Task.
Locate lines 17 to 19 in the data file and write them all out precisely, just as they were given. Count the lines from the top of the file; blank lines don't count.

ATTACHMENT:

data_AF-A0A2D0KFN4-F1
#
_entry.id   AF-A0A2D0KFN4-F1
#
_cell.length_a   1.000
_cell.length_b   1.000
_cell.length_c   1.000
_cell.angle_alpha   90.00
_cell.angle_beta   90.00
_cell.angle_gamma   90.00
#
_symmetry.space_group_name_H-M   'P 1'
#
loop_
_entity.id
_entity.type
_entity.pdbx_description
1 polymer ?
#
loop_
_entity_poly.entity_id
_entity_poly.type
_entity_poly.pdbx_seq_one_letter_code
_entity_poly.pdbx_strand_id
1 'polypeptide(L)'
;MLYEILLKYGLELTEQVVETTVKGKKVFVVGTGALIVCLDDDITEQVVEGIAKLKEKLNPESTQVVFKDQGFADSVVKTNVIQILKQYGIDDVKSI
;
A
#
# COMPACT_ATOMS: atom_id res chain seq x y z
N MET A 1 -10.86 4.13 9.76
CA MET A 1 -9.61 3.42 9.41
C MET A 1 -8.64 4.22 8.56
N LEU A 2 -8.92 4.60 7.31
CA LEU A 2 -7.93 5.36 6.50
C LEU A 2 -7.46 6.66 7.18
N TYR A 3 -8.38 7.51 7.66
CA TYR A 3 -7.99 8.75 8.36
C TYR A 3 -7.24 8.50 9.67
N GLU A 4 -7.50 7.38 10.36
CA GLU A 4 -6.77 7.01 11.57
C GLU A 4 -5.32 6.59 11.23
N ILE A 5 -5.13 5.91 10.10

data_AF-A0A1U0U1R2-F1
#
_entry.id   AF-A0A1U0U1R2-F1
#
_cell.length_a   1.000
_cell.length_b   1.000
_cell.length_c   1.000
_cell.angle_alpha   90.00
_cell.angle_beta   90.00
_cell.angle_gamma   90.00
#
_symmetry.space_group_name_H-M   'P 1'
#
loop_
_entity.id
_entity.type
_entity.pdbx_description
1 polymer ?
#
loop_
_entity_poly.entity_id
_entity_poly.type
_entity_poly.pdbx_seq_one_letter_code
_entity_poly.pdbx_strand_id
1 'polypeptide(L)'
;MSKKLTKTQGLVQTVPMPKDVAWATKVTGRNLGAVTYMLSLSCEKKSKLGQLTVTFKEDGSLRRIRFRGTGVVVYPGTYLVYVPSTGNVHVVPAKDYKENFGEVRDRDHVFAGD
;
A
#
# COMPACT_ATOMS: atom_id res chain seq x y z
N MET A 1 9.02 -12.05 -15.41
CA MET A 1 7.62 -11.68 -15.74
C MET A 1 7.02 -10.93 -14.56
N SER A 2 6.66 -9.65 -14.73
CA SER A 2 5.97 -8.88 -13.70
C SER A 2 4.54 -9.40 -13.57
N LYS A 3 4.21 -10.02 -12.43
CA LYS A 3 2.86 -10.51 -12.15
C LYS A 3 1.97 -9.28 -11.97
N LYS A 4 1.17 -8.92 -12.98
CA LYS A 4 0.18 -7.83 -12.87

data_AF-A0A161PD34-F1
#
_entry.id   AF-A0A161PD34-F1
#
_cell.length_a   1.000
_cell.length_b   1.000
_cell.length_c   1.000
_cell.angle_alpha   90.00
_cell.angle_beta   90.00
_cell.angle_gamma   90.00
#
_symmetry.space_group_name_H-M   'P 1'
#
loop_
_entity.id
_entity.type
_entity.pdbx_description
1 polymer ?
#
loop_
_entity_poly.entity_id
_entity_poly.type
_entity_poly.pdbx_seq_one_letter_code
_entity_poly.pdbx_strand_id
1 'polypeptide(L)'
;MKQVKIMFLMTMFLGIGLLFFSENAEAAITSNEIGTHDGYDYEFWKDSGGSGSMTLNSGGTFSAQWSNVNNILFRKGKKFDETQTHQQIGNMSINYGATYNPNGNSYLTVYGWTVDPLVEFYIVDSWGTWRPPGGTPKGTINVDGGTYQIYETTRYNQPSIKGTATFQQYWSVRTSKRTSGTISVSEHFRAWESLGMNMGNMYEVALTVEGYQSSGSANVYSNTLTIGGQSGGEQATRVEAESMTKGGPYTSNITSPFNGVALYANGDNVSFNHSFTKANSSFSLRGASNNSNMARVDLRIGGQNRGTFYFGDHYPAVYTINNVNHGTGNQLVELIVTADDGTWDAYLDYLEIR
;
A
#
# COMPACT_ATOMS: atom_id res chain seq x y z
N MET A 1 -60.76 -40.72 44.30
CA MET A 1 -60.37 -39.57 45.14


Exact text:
_entity.pdbx_description
1 polymer ?
#